We all remember the Z1 as the quirky roadster with plastic body panels and vertically sliding doors, but here’s an interesting fact about the low-volume original Z car you probably didn’t know. In an interview with YouTuber Four Eyes, Dodge Viper Chief Engineer Roy Sjoberg revealed the first two generations of the V10 supercar used a headlight design rejected by BMW.

The story goes BMW contacted General Electric to build the headlights at GE’s expense but pulled out of the deal. That left GE stuck with the tooling and headlight design. The development team working on the Viper got in touch with GE and apparently received the whole headlight system for free. Roy Sjoberg mentions it would’ve normally cost $2,500,000 plus $1,000,000 for development. Dodge used the headlight for the first two generations of the Viper, sold between 1991 and 2002.

The tidbits don’t end here as the headlights rejected by BMW and repurposed by Dodge had the closest cars have ever gotten to using blinker fluid. Both Gen 1 and Gen 2 Vipers had a bubble level built into the headlights. It was there to properly align the headlights while the vehicle was being assembled at the factory.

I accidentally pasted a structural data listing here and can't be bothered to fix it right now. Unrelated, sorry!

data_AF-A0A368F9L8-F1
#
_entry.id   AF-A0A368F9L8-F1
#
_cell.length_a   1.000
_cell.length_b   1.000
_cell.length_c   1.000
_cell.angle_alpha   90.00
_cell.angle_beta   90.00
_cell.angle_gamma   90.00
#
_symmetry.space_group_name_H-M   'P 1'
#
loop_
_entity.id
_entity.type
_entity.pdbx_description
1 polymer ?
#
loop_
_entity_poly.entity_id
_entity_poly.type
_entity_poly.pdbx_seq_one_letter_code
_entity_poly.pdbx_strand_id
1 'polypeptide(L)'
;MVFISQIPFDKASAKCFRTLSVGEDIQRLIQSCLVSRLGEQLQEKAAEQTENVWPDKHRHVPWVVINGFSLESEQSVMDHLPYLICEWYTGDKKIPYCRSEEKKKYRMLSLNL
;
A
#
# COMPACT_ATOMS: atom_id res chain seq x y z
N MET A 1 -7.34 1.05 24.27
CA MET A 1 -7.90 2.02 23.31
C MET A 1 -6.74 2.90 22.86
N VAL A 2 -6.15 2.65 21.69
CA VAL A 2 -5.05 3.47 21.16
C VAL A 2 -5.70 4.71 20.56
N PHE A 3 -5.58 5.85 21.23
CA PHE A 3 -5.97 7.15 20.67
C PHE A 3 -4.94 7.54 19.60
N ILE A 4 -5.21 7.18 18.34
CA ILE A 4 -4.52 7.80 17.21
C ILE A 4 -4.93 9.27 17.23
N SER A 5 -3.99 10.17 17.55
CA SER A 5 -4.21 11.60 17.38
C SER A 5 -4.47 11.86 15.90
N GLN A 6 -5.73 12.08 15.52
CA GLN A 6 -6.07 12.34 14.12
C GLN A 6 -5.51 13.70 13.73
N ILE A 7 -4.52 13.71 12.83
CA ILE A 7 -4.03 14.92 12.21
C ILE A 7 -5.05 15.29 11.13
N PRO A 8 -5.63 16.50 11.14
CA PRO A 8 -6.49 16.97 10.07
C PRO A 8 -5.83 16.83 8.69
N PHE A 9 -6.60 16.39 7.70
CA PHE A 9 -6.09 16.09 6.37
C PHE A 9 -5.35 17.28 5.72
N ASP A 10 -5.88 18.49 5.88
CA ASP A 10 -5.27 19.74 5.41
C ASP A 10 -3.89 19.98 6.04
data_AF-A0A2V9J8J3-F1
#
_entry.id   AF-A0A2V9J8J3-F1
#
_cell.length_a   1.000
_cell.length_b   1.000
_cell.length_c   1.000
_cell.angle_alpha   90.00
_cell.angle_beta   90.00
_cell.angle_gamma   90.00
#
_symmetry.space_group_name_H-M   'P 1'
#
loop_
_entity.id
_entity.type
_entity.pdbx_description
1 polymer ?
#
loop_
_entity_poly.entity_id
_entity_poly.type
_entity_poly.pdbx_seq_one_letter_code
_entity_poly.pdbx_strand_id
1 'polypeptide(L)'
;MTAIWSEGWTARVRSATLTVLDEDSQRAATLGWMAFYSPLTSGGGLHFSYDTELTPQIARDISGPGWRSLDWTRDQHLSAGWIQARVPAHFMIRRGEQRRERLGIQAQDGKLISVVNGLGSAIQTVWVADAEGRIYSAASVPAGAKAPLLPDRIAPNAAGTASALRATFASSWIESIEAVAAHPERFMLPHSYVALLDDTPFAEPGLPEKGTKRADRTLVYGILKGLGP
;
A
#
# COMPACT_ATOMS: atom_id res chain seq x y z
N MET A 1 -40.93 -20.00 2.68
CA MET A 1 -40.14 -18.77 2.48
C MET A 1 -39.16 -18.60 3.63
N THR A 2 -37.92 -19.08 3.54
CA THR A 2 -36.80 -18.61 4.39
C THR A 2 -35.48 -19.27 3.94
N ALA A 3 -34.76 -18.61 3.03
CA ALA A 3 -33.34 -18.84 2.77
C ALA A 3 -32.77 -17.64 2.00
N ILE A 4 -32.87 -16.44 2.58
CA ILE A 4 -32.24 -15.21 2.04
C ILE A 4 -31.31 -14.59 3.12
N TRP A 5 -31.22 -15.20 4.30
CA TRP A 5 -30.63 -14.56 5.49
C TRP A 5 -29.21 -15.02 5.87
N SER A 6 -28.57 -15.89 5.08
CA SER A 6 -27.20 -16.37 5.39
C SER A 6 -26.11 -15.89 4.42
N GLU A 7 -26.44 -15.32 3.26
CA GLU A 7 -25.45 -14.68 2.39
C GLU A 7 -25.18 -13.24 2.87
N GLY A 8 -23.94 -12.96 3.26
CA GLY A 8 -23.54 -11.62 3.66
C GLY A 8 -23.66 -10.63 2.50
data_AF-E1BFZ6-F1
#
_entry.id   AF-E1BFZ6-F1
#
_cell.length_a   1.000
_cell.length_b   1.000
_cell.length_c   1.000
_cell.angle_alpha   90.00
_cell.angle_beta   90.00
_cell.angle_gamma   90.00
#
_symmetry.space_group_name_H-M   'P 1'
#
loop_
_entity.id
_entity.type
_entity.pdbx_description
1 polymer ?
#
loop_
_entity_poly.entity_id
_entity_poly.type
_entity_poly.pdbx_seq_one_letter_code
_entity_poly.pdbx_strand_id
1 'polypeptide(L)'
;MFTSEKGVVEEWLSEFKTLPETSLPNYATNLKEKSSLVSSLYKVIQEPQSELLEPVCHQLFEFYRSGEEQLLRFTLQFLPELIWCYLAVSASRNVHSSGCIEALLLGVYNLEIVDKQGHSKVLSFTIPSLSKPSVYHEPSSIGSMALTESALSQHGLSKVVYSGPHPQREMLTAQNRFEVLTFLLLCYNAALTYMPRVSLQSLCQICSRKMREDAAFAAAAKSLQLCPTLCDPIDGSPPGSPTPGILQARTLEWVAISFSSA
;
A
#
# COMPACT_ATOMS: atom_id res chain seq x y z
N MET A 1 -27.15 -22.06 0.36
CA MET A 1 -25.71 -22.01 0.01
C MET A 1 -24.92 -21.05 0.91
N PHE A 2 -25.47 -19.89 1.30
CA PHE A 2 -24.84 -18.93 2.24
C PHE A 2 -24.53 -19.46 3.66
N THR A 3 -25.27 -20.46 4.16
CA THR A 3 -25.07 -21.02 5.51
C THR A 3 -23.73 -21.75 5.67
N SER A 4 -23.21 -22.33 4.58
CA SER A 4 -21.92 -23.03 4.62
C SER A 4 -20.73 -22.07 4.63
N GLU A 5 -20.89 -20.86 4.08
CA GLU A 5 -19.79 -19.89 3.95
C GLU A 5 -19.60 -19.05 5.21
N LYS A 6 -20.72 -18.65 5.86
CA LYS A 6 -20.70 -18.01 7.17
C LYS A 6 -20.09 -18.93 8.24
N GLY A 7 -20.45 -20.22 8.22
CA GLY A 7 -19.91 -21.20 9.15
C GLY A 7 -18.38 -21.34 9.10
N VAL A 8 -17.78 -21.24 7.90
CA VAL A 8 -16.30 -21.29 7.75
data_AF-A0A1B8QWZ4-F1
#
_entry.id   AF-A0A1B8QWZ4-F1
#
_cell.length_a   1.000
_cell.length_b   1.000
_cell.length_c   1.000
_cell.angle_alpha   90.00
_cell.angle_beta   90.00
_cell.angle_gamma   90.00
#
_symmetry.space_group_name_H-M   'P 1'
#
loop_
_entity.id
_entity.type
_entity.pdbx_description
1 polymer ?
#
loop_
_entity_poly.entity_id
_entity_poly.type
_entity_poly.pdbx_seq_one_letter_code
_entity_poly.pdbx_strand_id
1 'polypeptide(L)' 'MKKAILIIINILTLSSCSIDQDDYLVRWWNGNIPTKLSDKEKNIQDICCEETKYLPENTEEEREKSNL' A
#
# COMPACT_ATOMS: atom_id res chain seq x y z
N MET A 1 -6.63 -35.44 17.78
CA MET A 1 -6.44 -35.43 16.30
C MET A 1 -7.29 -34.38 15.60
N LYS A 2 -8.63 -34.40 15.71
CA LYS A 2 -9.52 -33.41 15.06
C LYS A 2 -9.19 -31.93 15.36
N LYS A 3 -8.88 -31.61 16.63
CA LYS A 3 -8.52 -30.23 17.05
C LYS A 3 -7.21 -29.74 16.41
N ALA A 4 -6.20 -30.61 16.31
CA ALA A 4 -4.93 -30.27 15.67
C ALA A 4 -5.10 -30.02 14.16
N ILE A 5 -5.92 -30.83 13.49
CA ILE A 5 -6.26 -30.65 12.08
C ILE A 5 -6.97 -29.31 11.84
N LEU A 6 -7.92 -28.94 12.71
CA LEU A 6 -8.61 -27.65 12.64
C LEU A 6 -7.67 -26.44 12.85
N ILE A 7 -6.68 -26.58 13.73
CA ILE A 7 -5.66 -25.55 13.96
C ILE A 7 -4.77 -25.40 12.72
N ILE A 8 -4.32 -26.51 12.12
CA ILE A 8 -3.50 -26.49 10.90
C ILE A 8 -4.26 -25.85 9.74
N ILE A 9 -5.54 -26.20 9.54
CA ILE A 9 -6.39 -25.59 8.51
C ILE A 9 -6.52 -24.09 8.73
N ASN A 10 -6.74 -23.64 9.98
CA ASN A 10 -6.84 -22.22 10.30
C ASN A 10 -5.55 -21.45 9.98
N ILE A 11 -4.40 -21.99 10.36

It would’ve cost Dodge $1.50 to remove the bubble level from each headlight to create a cleaner design, but Roy Sjoberg decided to cut costs and just keep it there. By sourcing a headlight that was originally intended to be used by BMW for the Z1, it meant the Viper’s hood and the front bumper had to be designed to blend with the headlight assembly.

BMW ultimately went with a more squared-off shape for the Z3’s precursor. Only 8,000 Z1 roadsters were ever made, all of which had a naturally aspirated inline-six and a five-speed manual sourced from the E30 325i. It had an innovative multi-link rear suspension, removable body panels, and a plastic flat floor that was partly bolted and partly glued on. Some 66 cars were converted by ALPINA into the Roadster Limited Edition (RLE) while BMW M even engineered a Z1 M, but it never made it to production.

Source: Four Eyes / YouTube